I still shake my head over this decision. It was a crippling blow to the plaintiff, stripping her of $8,900,000.00. Beware of post-trial motions to strike awards.
This article focuses on actions the defendants will likely take if they lose a product liability case, but of course any losing party can utilize post-trial motions or appeals. For consistency I will stick with the fact pattern that the defendants have lost the product liability case.
If the post-trial motions are not successful, the defendants can appeal to the next highest appellate court. If the product liability trial was held in a state court, the losing party can appeal to that state’s court of appeals or to the state supreme court (whichever court is in position to review the case next). If the case was tried in federal district court, the defendants will appeal to the appropriate circuit court. There are thirteen circuit courts of appeal in the federal court system.
Regardless of whether the product liability case was tried in state or federal court, the defendants will bring similar appellate arguments and issues to the reviewing appellate court. Defendants will likely argue that the judge made a fatal error in permitting certain evidence, that other evidence unfairly prejudiced the defendants in the eyes of the jury, that the jury instructions were wrong, that the plaintiff did not prove actual or punitive damages, on and on and on.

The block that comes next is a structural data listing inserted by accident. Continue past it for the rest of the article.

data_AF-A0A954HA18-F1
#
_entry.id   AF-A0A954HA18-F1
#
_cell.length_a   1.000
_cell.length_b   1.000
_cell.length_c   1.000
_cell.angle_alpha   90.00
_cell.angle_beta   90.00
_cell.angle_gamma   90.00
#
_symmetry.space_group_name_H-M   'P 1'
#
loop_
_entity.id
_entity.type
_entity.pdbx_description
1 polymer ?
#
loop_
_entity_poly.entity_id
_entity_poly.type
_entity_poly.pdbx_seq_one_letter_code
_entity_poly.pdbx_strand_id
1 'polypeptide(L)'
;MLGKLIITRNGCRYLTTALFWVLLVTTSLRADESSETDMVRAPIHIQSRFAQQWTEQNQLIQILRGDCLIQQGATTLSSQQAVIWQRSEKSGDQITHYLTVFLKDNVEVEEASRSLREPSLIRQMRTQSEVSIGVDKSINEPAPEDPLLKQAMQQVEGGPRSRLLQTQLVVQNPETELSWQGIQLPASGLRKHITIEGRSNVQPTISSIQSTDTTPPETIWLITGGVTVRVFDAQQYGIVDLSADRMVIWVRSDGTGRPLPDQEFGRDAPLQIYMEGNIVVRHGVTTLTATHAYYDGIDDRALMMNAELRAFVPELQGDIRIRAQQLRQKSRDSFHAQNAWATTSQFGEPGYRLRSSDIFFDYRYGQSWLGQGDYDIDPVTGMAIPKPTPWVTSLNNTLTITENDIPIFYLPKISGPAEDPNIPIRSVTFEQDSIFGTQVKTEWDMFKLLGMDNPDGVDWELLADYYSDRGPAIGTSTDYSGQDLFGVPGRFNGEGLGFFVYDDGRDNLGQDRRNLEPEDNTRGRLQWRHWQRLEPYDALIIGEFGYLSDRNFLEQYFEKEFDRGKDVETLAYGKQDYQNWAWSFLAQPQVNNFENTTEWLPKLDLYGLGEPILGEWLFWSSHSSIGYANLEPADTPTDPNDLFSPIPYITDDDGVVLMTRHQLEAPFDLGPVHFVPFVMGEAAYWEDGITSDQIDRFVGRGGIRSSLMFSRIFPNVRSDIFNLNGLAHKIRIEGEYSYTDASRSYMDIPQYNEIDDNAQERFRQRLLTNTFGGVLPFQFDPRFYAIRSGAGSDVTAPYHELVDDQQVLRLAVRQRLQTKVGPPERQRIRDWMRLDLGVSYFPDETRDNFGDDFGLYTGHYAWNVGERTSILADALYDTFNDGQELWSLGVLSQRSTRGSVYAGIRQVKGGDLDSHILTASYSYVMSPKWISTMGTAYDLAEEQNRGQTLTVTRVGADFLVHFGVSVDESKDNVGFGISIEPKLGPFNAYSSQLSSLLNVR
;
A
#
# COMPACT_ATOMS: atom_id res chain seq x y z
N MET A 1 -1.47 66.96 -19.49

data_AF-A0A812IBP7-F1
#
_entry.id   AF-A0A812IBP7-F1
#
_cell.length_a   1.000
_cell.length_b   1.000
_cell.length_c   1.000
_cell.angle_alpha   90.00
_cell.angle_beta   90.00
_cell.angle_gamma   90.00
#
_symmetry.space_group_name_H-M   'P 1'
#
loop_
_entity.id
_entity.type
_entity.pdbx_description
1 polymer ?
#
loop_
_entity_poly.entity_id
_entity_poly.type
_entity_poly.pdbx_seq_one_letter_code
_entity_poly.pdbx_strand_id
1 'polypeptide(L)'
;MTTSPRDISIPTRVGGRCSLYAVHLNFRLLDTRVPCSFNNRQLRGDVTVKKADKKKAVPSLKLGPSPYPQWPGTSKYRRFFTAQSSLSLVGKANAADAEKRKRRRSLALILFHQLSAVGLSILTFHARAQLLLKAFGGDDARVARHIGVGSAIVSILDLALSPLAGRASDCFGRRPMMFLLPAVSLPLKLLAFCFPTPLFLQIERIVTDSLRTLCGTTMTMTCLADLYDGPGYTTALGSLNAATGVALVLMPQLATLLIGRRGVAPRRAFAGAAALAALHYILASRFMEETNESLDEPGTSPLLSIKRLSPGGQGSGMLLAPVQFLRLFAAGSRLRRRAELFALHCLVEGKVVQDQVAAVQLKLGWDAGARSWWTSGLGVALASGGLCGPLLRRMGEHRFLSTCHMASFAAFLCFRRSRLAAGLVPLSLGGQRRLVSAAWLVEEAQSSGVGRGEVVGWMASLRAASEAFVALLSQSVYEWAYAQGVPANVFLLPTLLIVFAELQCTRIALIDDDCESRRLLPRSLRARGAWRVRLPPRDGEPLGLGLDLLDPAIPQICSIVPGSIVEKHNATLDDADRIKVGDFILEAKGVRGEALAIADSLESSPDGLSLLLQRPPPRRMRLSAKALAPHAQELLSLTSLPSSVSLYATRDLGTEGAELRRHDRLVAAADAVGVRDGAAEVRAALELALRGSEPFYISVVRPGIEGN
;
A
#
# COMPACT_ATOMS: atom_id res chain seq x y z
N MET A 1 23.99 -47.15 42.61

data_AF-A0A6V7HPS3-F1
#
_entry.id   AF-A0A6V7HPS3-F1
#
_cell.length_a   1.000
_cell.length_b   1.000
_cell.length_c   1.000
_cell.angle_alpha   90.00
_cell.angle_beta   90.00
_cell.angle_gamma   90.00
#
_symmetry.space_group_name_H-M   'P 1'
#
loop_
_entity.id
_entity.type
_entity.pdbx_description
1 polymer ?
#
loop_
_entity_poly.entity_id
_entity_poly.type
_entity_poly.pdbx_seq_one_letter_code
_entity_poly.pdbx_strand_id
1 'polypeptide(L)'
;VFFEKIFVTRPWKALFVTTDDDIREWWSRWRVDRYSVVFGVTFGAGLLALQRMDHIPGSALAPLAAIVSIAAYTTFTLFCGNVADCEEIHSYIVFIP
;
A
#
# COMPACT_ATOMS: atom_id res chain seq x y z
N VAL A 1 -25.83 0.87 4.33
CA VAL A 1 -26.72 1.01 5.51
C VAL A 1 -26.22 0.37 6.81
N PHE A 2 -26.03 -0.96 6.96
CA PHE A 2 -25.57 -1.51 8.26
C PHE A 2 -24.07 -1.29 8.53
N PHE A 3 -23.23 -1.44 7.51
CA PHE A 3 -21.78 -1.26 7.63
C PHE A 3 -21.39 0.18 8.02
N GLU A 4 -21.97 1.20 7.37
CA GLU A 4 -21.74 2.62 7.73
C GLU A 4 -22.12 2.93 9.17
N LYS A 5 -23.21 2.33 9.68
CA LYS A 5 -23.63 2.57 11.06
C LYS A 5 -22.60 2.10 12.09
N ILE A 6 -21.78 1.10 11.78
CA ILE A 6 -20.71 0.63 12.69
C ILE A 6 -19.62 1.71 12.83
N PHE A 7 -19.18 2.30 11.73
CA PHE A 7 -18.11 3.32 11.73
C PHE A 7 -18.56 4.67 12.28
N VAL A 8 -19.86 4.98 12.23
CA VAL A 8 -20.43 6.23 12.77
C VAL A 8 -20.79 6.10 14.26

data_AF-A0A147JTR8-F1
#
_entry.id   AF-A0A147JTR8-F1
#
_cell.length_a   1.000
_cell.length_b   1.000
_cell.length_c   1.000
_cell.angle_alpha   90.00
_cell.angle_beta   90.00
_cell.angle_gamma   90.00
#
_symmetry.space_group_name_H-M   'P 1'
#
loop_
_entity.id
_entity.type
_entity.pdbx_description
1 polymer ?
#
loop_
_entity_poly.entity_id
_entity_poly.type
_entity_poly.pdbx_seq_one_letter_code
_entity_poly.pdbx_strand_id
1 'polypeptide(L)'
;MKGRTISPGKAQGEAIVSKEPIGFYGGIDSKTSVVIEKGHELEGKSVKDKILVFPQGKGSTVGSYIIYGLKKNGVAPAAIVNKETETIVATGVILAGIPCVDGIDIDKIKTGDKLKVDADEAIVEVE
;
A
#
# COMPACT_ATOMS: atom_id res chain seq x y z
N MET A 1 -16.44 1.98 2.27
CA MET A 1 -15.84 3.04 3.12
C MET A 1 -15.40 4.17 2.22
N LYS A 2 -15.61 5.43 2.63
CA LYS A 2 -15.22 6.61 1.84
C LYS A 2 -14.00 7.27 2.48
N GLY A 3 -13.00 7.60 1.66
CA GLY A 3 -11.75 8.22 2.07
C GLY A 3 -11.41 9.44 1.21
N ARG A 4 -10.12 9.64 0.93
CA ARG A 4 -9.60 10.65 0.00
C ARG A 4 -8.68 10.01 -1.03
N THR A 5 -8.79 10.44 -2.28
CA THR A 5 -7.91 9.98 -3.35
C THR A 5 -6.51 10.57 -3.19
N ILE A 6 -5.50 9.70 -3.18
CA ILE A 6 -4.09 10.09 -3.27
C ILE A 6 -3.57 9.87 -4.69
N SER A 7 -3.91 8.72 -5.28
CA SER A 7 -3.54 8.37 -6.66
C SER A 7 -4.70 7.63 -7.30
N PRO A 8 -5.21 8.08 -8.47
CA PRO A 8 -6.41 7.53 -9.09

If the defendants lose their appeal at the circuit court or at the highest state appellate court, the defendants have the right to ask for review by the United States Supreme Court. This will be a discretionary decision by the U.S. Supreme Court, and in most cases will be denied. The Supreme Court hears about eighty (80 ) cases per year, despite several thousand requests for cases to be heard. Unless the defendants can show some problematic issue of law that affects most of the states, or some overarching constitutional concern, the U.S. Supreme Court will not agree to hear the case. If that happens (or if the Supreme Court somehow chooses to hear the case and renders an opinion) the case is finally over. There is simply no where else to go.
But that can take years. At any time during that maddening drawn out appellate journey, the sides can come together and settle the case. It is as simple as this really:
Defendants: “You just won a $1,500,000.00 jury verdict against us. We plan to appeal. But if you will take $850,000.00, we will pay that and forfeit our right to appeal.”
Plaintiff: “Will you pay $1,200,000.00 instead?”
Defendants: “OK.” Case closed. (OK, it’s never that simple. But you get the idea.)
The post-trial life of a lawsuit can feel endless. It can easily take several years to work its way through all possible appellate courts. Settlements often result during this period. But if your case yields a big number at trial, expect to face post-trial motions and one or more appeals. After all, medical device and drug companies have plenty of money to pay good appellate lawyers.